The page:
If you’ve made the decision to install a swimming pool at your home, the excitement certainly may be palatable. The idea of enjoyable days spent in the water and poolside is hard to beat. Despite all of the elation in planning and fun that lies ahead with a residential pool, you must keep in mind that you have significant responsibilities to address when you have a pool at your home. On that list of responsibilities is to ensure that you have appropriate insurance coverage in the event of an accident or injury associated with your swimming pool. A homeowner’s insurance company is apt to require you to take certain steps to enhance the safety of those who will use your pool. These include:
- Fence installation
- Alarm installation
- CPR training
- Safety Equipment
- Pool Rules
A key requirement that a homeowner’s insurance company will require in order to provide coverage for your residential swimming pool is the installation of an appropriate fence.
An ideal fence for a residential swimming pool will have the following attributes:
- The fence must be constructed of a durable, unscalable material (so that a person cannot easily knock the protective perimeter down or climb over it).
- Ideally, a fence securing a residential swimming pool and the area around it is at least six feet tall.
- The fence should include a self-closing, self-locking gate.
The purpose behind the gate is to prevent unauthorized access to the pool. What many people who install pools overlook at their homes is restricting access to a pool directly from the residence itself. In other words, they construct a three-sided fence but allow ready and uninhibited access to the pool directly from the residence itself.
The best practice is to either build a four-sided fence, not anchoring the barrier to the residence to allow easy access from the house. If that is not done, the doorway or doorways from the residence that allow direct access to the pool must be lockable, childproof, and (as is discussed in greater detail in a moment) outfitted with an alarm.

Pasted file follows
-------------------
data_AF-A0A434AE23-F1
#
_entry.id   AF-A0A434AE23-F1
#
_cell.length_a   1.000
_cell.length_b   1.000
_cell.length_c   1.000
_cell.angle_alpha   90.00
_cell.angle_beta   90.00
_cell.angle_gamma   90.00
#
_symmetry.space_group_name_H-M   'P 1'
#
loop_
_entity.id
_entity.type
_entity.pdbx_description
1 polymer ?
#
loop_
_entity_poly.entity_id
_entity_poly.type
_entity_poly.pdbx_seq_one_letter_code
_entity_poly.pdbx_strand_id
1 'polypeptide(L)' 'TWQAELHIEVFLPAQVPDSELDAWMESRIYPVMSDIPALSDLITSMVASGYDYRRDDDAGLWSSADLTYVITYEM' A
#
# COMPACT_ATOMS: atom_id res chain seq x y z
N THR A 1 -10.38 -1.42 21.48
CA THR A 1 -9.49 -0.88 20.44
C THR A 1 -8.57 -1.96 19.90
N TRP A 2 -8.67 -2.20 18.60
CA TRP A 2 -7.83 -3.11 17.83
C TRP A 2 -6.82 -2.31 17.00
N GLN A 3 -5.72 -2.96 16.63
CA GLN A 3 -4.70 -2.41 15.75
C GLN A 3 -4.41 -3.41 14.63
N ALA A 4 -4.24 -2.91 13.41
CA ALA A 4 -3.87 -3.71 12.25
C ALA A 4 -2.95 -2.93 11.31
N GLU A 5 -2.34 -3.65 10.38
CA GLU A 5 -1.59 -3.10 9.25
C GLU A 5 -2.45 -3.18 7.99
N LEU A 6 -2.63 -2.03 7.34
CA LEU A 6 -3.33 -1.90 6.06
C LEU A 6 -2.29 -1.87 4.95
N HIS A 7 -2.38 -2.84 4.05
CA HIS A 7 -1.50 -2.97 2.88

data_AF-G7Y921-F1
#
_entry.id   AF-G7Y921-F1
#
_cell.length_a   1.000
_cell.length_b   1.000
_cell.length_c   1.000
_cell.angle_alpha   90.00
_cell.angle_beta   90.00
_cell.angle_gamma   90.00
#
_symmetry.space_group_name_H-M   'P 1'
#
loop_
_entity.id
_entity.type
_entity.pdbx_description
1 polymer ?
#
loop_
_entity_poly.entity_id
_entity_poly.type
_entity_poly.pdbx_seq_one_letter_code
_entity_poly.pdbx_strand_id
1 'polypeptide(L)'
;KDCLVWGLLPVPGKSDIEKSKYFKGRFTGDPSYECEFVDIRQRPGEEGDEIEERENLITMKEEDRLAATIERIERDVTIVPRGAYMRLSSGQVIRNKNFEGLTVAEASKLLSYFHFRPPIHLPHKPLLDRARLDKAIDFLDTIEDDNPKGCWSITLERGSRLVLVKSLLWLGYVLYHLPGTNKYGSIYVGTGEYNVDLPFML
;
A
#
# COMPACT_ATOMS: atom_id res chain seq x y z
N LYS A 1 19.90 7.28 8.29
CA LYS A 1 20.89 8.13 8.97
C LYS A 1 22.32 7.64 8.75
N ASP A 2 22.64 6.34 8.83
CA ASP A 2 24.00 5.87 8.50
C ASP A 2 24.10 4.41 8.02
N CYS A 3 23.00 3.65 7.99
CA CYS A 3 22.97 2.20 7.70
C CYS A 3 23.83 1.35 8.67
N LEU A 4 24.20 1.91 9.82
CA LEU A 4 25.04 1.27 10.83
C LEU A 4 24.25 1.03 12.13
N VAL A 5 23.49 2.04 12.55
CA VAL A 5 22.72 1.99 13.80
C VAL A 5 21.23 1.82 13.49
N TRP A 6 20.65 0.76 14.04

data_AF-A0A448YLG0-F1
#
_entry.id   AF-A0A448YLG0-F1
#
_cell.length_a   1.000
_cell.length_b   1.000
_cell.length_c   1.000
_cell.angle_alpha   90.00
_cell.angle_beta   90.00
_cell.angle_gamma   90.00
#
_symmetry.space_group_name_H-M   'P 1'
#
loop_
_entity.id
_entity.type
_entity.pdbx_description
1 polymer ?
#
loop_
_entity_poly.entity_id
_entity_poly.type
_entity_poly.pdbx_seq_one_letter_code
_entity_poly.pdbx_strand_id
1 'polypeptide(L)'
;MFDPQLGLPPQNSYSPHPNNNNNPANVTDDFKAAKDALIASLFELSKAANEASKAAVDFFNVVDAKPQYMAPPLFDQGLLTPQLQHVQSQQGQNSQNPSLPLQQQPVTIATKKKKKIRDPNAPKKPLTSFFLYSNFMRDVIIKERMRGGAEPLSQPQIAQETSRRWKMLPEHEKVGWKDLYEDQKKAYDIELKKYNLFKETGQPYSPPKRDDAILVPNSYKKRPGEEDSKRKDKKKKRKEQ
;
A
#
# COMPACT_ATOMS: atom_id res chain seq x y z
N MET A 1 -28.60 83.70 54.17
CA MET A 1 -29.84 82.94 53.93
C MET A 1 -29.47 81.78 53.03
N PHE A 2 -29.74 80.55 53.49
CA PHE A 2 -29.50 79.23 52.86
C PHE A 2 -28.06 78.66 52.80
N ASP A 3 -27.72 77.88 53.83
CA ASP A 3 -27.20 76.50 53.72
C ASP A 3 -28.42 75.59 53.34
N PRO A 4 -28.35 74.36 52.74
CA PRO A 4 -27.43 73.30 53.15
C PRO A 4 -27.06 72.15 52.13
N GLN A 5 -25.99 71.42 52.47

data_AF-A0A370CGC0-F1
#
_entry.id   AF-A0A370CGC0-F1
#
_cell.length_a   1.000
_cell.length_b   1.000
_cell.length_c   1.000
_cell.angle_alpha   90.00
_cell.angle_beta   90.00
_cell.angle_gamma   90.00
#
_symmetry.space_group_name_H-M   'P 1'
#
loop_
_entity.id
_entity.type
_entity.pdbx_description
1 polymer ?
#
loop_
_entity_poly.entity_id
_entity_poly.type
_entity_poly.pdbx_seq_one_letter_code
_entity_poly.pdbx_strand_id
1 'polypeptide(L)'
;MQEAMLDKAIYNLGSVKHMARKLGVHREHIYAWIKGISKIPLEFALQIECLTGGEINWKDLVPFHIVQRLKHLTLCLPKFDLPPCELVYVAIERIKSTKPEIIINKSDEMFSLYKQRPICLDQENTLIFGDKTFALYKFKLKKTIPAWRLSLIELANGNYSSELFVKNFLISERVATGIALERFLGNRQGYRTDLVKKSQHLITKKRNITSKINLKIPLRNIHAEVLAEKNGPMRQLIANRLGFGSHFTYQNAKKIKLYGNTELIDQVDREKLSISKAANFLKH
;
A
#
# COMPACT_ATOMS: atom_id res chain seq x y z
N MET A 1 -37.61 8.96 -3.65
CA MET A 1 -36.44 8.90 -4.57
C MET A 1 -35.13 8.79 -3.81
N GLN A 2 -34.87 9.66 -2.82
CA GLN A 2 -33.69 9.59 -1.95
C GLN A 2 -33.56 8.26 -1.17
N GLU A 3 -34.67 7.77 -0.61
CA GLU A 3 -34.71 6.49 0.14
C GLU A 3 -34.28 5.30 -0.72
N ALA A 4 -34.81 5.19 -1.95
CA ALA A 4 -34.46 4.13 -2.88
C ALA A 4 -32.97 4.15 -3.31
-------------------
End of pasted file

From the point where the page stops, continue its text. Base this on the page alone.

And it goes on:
A homeowner’s insurance company is also likely to require a comprehensive alarm installation at and around the pool and deck area. The alarm installation would need to encompass the following for optimal protection:
- Gate to pool area
- Pool fence
- Entrance to pool area from residence
- Motion sensor alarm covering pool deck
- Alarm sensor that sounds if someone enters the water (when activated)
A homeowner’s insurance company is also likely to inquire whether any responsible person in your residence has had CPR training. No, an insurance company is not going to demand that you install a professional lifeguard poolside. However, an insurance company can and may require that a person at the home have CPR training as a precondition to issuing insurance coverage to include the pool and surrounding area.
An insurance company is also going to want to have documentation or verification that you have appropriate safety equipment on hand near the pool. The American Red Cross can provide guidance on what specifically you will need to have available in the way of safety equipment when you install a swimming pool at your home.
An insurance company will not micromanage your use of a residential swimming pool. However, an insurer may request to see written pool rules from time to time. An example of a crucial residential pool rule is that children will not be allowed access to the pool area without adult supervision.
If you or a loved one have been injured in a pool accident, The Doan Law Firm is here from you. You can schedule an initial consultation with an experienced Doan Law Firm aquatic accident lawyer any time of the day or night by calling (800) 349-0000. A nationwide law firm, we can schedule a consultation and case evaluation at any one of our 40 offices in the United States. There is no fee for an initial consultation with a Doan Law Firm aquatic accident lawyer.
The Doan Law Firm makes an attorney fee pledge to you. We will never charge an attorney fee in your case unless we win for you.